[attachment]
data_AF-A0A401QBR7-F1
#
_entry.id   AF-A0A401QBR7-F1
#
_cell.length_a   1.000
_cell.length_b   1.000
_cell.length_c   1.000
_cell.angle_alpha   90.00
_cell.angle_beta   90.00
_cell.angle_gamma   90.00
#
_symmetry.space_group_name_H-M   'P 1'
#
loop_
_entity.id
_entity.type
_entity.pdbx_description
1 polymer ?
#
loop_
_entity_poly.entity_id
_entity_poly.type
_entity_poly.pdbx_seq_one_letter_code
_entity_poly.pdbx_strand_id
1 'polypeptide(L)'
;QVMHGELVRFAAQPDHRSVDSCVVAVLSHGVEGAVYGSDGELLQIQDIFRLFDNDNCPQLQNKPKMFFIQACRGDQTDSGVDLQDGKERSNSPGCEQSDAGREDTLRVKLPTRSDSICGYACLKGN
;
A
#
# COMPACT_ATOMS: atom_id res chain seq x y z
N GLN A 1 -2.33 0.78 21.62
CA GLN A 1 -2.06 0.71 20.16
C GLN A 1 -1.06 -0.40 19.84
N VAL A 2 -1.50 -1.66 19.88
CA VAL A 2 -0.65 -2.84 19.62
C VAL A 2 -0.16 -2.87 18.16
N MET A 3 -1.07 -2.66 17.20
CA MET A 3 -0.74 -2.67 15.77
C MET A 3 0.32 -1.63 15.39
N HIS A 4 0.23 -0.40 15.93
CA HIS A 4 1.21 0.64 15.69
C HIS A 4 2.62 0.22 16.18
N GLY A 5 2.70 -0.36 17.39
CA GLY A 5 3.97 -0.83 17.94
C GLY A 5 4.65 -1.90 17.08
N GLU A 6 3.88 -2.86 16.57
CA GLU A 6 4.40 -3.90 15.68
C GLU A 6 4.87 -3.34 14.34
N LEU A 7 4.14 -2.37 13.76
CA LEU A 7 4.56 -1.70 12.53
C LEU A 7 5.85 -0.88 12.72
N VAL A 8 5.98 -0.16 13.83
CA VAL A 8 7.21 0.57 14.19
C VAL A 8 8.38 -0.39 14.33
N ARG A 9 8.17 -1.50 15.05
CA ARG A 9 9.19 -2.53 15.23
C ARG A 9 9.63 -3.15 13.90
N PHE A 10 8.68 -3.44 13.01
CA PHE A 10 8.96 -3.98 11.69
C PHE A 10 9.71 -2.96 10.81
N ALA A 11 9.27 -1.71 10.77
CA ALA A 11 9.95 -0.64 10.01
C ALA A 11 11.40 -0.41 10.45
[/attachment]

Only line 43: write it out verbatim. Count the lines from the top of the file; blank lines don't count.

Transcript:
N GLY A 5 2.70 -0.36 17.39